One summer during college, I worked with my uncle’s firm building microwave towers out West. It was one of those great jobs that pay you more in experiences than dollars that I will always remember. During that time, my uncle noticed that I a book in my backpack.
“What are you reading?” he asked. “‘The Archeology of Knowledge‘? Michel Focault? Who is he?”
“He’s French,” I said. “He’s a philosopher.”
“French philosophy?” my uncle snorted. “Good luck paying for groceries with that!”
Deep down, I couldn’t argue, but I read the French philosophers anyway, specifically the ones focused on language. Focault, Derrida, Barthes, Saussure were tough SOBs to read, but they opened up new ways to think about words and their meanings.
One thing I learned was the difference between the signifier and the signified. In plain terms, the signifier is the word and the signified is the object that the word represents. For example, the word, “chair”, is a representation of something else, namely, a physical object that one may sit on.
That all seems rather obvious. But there is one key here. The relationship between the word and the object is a social one: people have agreed what the word, “chair”, refers to. Without social agreement, the word becomes, in effect, meaningless.
Now, let’s assume that someone has decided that the word, ‘chair’ now refers to something else. You come into his house and he says, “Have a seat on this nice chair,” and points you to a picture frame lying against the wall. You hesitate and are confused. “But it’s not a chair,” you protest. “Yes, it is. It is a chair. Sit.” If that individual has power over you, you end up having no choice. A chair is no longer a chair. The signifier is separated from the signified.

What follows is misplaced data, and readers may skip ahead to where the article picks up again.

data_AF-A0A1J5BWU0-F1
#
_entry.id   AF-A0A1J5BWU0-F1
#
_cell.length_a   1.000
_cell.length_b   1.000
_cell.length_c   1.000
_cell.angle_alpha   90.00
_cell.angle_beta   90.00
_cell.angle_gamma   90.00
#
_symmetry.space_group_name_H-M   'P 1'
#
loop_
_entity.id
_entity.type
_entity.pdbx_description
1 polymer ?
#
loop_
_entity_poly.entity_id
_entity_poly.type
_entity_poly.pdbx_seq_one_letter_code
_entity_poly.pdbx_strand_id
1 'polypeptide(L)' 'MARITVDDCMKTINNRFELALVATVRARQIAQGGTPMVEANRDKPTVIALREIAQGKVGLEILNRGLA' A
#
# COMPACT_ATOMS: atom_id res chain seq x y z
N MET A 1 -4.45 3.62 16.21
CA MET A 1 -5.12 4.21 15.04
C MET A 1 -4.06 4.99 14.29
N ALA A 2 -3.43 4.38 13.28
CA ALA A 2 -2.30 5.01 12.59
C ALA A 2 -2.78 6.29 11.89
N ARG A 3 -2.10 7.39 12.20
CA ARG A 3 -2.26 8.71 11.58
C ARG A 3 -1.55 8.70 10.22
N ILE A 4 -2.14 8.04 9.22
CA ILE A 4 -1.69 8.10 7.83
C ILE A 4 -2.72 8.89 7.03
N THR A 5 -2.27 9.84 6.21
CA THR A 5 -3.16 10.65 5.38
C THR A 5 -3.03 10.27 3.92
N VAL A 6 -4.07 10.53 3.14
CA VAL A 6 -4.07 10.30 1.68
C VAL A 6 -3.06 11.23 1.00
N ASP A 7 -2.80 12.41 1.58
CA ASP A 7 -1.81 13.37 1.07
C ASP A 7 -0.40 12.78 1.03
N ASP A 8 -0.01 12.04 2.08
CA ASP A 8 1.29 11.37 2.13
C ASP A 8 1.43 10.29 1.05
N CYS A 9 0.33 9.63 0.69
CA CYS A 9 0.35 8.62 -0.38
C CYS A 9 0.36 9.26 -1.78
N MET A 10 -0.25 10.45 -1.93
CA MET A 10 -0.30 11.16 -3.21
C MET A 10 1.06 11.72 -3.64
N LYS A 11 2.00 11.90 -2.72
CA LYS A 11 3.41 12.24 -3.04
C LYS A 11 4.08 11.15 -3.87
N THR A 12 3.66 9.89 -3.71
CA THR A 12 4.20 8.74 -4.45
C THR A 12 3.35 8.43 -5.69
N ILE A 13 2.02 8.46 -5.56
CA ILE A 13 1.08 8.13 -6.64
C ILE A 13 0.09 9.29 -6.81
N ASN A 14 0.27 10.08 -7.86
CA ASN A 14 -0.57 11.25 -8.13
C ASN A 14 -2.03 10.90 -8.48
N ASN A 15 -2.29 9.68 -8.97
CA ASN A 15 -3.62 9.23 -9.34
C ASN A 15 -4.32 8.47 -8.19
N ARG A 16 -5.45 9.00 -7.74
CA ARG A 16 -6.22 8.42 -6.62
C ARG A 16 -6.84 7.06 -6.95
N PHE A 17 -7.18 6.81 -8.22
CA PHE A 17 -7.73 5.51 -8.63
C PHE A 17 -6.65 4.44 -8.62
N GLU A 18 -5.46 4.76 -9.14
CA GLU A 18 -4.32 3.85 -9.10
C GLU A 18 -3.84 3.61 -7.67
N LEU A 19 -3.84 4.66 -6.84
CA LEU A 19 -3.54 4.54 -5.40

Now, your host asks if you would like a nice cup of tea. You begin to sweat. “What does he mean? Is it really what I think is a cup of tea, or is it something else?” Stay in this funhouse long enough and you end up shaking in your picture frame/chair questioning yourself and being afraid of everything. The social contract between word and meaning has been broken and therefore the community itself begins to break down.
That’s a (hopefully) extreme example. But one of the biggest challenges organizations face is the disconnect between what managers say and what their employees experience. And, in today’s economy of falling sales, where organizations balance the need to remain profitable, in part via layoffs, with the need to invest in growth and motivate its workforce, what is a manager to say?
The simplest answer is: the truth. Early and often. Do not sugarcoat the situation and do not ignore the impact your actions have on your workforce. The most important thing you can do is to remove the uncertainty of the situation. As Stephen Gill writes, people are resilient if they know what the situation is and if there is a plan to deal with it. Being vague or unengaged doesn’t cut it. You need to be visible, you need to demonstrate — through actions, attitude and body language — that you are consistent with what you say.
As a manager, you can only be successful if you have the trust of your employees. Disconnecting words from their meanings, by saying one thing and acting another or by stating that things are OK when layoffs are occurring, is a surefire way to break the social contract you have with your staff. And, in so doing, you severely inhibit your capacity for future growth and innovation.
No picture frames for chairs. You don’t need to be a French philosopher to get that.